Vixen Atrek HR 8x56 DCF - Internal reflections - Left Vixen Atrek HR 8x56 DCF - Internal reflections - Right
Housing Small and handy for the 8x56 class. Regulated eyecups. A bit of grease on the screw and some squelches audible during work 6.7/8.0
Focusing Smooth and comfortable but there’s a lot of central screw turning as the full turn of the whole scale available takes as many as 1300 degrees. Right ocular’s individual click-stop focusing moves the whole lens. 4.5/5.0
Tripod There is an adapter but with a very uncomfortable access. 1.5/3.0
Interpupilary distance from 58.4 to 75.6mm 5/6.0
Closest focusing distance 1.4 m. 2/2.0
Eyepieces FOV Apparent field of view of 50.7 deg (according to simple formula) and 47.8 deg (according to tangent formula). 4/20.0
Field of view Measured by us amounted to 6.32 +\- 0.03 degrees and was a bit smaller than in technical specifications. The field typical for this class of equipment. 4/8.0
Quality of the interior of the barrels Inner tubes black but a bit shiny. Some specks of dust visible on prisms. The bottom is gray. White glue used for prisms. 3.5/5.0
Left: Right:
Vixen Atrek HR 8x56 DCF - Vignetting - Left Vixen Atrek HR 8x56 DCF - Vignetting - Right
OL: 0.0%, OR: 0.7%
Prisms quality Good quality BaK-4 8/8.0
Antireflection coatings Green-red on objective lenses. Geen on prisms. Greenish-blue on eyepieces. In oculars one surface shines brightly and seems not to be covered by anything. 4/5.0
Warranty [years] 5 3.5/6.0
Final result
122.9 / 190 pkt
Econo result 0pkt.


  • good transmission,
  • high class prisms made of BaK-4 glass,
  • small dimensions for such parameters,
  • pupils only slightly truncated,
  • sharp image already from the distance of 1.4 metres,
  • low astigmatism,
  • correct white reproduction,
  • relatively good workmanship quality.

  • lens a bit smaller that promised 56 mm,
  • high chromatic aberration at the edge of the field of view.

The Vixen HR Artrek 8x56 DCF binoculars didn’t make any serious slip-up in our test. Quite the opposite in fact – you can write more good than bad things about this instrument. We get here a 8x56 device and rather compact at the same time, equipped with prisms that don’t cause any significant vignetting. It is a great achievement because usually the weight and the dimensions of binoculars are reduced at the expense of prisms, which cause in turn a significant truncation of exit pupils. A relatively high transmission level also deserves some praise here, because almost 89% of light passing through in the visible spectrum centre is a very good result for a pair of roof-prism binoculars. To be even nearer perfection the device must have had a more flat transmission curve – now the binoculars distorts the colours a bit, letting pass 93% of red light but only 83% of blue light, which can be clearly seen on the transmission graph below.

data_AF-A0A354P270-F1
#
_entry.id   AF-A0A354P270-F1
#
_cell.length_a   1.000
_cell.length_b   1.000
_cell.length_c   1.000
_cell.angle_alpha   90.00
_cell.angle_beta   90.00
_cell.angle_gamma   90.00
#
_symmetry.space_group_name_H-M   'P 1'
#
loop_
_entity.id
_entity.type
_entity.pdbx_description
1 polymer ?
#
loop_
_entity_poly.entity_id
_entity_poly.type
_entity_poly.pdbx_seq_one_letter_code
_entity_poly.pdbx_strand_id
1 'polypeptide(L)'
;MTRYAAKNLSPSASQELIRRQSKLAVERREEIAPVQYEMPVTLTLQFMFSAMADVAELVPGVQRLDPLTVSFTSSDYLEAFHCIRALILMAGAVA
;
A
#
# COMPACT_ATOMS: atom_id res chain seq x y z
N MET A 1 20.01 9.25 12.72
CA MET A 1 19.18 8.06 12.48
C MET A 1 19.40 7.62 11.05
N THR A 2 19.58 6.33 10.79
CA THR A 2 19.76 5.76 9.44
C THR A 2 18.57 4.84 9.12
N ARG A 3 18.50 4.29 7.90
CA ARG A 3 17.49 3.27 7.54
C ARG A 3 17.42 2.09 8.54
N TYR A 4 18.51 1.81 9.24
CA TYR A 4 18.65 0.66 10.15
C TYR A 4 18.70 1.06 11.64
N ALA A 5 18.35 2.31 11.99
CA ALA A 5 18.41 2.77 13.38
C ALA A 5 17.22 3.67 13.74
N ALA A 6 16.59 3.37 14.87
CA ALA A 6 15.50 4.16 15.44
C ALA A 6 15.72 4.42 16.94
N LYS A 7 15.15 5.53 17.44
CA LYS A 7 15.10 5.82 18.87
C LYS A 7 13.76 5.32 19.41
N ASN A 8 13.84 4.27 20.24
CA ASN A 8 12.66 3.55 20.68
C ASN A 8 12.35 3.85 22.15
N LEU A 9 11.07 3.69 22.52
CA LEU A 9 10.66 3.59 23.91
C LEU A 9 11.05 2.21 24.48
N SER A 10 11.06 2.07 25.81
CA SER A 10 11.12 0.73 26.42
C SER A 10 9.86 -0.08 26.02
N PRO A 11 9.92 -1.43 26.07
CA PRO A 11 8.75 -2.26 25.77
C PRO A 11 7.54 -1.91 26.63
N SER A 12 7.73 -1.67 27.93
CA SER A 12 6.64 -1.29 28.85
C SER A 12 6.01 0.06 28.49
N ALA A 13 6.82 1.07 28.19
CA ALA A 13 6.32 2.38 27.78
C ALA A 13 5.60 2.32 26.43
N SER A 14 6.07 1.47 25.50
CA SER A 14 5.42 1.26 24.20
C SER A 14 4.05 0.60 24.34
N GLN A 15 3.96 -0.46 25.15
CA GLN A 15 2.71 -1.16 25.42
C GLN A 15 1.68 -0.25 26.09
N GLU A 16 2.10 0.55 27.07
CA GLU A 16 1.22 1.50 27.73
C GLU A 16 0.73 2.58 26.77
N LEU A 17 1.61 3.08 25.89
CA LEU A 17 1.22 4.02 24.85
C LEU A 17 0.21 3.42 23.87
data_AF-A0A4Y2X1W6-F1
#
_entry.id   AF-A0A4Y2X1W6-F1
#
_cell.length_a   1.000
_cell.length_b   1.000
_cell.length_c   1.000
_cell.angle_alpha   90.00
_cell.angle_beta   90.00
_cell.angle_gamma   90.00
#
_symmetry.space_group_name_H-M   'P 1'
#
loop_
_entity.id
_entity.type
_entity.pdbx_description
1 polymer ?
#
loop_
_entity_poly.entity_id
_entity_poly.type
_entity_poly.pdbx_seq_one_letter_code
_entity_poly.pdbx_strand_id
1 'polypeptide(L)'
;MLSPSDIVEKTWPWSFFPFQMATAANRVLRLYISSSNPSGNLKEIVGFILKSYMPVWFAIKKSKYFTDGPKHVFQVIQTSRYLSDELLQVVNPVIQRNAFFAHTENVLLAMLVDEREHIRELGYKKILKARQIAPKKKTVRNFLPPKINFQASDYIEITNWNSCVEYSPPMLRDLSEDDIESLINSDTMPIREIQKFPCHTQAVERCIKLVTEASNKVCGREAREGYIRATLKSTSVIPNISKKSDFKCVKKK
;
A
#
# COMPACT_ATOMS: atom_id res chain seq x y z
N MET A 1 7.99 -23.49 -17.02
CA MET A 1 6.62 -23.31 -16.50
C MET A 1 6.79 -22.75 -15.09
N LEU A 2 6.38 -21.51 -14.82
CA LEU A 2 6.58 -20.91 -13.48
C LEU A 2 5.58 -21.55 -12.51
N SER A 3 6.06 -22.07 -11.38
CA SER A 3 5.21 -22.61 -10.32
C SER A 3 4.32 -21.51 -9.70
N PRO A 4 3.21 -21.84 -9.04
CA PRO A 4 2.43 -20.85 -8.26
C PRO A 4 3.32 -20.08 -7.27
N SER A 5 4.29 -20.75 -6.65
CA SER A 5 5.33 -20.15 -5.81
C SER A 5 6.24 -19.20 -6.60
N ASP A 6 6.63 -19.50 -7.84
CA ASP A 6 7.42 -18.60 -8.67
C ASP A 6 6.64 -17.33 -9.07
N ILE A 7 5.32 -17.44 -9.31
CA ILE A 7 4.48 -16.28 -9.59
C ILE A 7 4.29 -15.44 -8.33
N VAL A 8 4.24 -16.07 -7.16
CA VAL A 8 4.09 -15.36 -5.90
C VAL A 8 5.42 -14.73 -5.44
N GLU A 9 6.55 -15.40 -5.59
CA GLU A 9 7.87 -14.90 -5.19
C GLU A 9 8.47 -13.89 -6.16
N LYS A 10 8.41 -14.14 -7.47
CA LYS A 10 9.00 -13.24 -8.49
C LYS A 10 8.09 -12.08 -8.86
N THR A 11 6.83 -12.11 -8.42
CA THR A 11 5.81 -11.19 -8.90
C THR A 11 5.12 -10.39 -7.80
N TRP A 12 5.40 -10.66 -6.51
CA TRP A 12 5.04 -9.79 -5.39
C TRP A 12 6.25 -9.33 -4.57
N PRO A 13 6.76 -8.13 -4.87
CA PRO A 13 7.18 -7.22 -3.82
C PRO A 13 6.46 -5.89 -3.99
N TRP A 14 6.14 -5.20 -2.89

As we mentioned before there are almost no slip-ups. In most test categories the binoculars’ results are average or a bit higher than average. All in all, the Vixen collected as many as almost 120 points – exactly the borderline between good and very good level. Taking into account the binoculars’ price, which amounts to about 300 USD, we can confidently say that buying it you won’t waste your money.

A high level of competition in this price-quality market segment might cause a problem for the Vixen . Almost identical result was achieved by a roof-prism Eschenbach-sektor D compact 8x56 B which costs also about 300 USD. A bit better than the Atrek fared cheaper porro prism binoculars such as a Vixen Ultima 8x56 or a Delta Optical Titanium 8x56. If you are willing to spend about one hundred USD more you can try to find a renown Steiner Ranger 8x56 (Porro version) on special offer, which also performs better than the Atrek. The Vixen has some strong points though, so this device will be able to win a part of customers over for sure.